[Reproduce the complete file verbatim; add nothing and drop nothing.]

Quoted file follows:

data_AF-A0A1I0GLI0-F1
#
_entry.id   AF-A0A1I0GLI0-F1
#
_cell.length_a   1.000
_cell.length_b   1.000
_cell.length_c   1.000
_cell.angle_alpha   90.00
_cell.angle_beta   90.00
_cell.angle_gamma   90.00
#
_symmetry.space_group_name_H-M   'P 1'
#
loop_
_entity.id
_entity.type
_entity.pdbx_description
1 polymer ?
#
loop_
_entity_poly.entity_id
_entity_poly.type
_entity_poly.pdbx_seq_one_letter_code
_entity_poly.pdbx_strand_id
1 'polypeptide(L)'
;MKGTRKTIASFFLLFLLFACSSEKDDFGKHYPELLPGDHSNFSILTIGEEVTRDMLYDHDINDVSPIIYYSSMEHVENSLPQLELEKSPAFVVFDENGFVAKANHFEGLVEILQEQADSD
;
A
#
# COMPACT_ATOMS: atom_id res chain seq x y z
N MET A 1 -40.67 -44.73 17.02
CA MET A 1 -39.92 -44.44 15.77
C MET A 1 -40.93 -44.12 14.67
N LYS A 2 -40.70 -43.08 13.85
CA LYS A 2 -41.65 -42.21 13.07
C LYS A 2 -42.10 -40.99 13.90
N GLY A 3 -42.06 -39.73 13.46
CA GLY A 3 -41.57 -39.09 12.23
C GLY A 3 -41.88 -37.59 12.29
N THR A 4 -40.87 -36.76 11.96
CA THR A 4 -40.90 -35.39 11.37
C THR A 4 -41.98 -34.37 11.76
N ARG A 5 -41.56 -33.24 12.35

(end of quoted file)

data_AF-A0A1I0GLI0-F1
#
_entry.id   AF-A0A1I0GLI0-F1
#
_cell.length_a   1.000
_cell.length_b   1.000
_cell.length_c   1.000
_cell.angle_alpha   90.00
_cell.angle_beta   90.00
_cell.angle_gamma   90.00
#
_symmetry.space_group_name_H-M   'P 1'
#
loop_
_entity.id
_entity.type
_entity.pdbx_description
1 polymer ?
#
loop_
_entity_poly.entity_id
_entity_poly.type
_entity_poly.pdbx_seq_one_letter_code
_entity_poly.pdbx_strand_id
1 'polypeptide(L)'
;MKGTRKTIASFFLLFLLFACSSEKDDFGKHYPELLPGDHSNFSILTIGEEVTRDMLYDHDINDVSPIIYYSSMEHVENSLPQLELEKSPAFVVFDENGFVAKANHFEGLVEILQEQADSD
;
A
#
# COMPACT_ATOMS: atom_id res chain seq x y z
N MET A 1 -40.67 -44.73 17.02
CA MET A 1 -39.92 -44.44 15.77
C MET A 1 -40.93 -44.12 14.67
N LYS A 2 -40.70 -43.08 13.85
CA LYS A 2 -41.65 -42.21 13.07
C LYS A 2 -42.10 -40.99 13.90
N GLY A 3 -42.06 -39.73 13.46
CA GLY A 3 -41.57 -39.09 12.23
C GLY A 3 -41.88 -37.59 12.29
N THR A 4 -40.87 -36.76 11.96
CA THR A 4 -40.90 -35.39 11.37
C THR A 4 -41.98 -34.37 11.76
N ARG A 5 -41.56 -33.24 12.35